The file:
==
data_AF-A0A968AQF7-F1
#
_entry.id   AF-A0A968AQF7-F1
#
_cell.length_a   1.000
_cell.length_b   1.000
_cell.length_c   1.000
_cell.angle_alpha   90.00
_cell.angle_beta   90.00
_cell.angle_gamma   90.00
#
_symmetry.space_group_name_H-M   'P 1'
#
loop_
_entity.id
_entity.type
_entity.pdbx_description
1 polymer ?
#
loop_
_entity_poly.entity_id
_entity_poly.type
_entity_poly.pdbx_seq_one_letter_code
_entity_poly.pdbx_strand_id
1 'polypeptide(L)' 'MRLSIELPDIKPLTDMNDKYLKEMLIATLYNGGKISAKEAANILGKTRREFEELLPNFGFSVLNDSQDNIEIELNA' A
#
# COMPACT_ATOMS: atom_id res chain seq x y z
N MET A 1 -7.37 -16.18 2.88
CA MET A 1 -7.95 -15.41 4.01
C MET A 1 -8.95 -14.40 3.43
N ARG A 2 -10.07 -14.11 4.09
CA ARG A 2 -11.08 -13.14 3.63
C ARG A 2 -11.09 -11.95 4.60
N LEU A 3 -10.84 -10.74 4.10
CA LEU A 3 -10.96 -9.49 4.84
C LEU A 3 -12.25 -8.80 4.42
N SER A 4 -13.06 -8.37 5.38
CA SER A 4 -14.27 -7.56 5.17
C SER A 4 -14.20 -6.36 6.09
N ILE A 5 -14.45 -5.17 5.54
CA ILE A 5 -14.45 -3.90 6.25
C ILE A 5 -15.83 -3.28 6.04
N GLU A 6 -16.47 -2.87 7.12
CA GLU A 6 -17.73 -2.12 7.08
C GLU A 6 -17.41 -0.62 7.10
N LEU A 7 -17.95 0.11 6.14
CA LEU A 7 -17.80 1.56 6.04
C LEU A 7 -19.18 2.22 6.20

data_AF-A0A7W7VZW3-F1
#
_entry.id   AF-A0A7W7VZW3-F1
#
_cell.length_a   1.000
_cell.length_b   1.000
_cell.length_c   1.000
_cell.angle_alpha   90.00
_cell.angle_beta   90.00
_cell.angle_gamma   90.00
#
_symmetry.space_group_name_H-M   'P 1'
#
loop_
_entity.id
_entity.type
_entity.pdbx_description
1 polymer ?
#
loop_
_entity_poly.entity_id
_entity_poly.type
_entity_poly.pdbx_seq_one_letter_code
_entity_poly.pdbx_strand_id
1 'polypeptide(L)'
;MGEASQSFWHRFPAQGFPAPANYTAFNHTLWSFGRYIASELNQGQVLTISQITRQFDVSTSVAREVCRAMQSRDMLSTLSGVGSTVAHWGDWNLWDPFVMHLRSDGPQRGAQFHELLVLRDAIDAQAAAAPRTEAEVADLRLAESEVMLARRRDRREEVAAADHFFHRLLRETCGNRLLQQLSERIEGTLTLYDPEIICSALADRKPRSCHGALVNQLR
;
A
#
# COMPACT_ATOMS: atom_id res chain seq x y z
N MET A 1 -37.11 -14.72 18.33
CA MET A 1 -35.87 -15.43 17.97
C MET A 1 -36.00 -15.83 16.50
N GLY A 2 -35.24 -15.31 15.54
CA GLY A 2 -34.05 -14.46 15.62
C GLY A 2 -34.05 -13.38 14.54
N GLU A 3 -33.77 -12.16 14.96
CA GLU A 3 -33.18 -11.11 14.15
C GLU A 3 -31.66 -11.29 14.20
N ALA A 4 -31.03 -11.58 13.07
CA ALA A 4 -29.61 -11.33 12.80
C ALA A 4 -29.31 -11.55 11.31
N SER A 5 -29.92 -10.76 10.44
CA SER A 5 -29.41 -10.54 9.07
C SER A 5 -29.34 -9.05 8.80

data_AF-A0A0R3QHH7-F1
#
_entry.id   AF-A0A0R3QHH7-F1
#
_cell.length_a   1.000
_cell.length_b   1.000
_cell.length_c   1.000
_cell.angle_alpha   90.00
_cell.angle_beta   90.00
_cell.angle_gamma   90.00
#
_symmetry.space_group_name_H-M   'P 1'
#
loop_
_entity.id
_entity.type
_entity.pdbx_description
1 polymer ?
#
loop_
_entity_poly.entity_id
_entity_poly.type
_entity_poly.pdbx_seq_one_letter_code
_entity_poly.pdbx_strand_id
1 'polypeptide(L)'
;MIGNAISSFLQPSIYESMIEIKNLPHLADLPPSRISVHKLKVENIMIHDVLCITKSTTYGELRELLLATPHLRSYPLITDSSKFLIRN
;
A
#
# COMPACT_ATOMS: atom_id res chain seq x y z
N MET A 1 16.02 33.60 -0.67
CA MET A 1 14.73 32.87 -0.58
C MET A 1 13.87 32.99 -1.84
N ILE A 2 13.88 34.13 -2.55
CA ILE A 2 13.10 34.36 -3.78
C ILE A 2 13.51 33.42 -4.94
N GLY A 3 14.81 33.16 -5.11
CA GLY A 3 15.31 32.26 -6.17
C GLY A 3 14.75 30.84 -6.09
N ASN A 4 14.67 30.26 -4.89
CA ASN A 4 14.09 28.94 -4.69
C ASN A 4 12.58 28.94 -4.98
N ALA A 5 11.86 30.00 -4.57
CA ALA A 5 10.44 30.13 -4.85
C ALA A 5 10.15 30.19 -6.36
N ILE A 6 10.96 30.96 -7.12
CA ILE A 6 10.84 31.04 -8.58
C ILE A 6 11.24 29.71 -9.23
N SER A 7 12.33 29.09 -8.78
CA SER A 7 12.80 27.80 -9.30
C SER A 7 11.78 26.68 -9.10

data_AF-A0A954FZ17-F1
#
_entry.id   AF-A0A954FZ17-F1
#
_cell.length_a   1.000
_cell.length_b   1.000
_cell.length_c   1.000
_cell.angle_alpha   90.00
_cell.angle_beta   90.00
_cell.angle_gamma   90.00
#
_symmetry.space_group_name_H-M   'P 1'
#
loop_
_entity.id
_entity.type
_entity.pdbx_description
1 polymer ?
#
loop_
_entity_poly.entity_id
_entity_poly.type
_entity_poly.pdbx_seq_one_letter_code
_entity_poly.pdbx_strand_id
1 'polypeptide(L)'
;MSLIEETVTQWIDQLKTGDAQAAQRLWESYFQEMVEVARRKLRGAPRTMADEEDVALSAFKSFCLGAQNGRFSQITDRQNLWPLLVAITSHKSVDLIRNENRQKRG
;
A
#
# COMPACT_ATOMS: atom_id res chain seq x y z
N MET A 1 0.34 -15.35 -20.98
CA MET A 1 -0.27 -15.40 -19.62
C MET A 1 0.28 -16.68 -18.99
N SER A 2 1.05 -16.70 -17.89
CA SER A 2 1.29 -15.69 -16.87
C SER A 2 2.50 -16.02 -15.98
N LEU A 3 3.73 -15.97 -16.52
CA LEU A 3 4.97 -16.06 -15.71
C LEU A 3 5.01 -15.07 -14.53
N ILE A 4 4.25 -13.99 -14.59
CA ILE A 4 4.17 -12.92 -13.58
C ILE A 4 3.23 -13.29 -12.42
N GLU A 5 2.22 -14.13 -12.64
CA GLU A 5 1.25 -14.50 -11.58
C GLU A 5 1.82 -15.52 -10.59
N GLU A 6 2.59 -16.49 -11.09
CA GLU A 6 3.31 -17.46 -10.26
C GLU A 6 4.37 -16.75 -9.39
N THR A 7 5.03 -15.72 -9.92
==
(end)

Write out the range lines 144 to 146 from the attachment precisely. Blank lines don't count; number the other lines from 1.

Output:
C SER A 7 11.78 26.68 -9.10

data_AF-A0A954FZ17-F1
#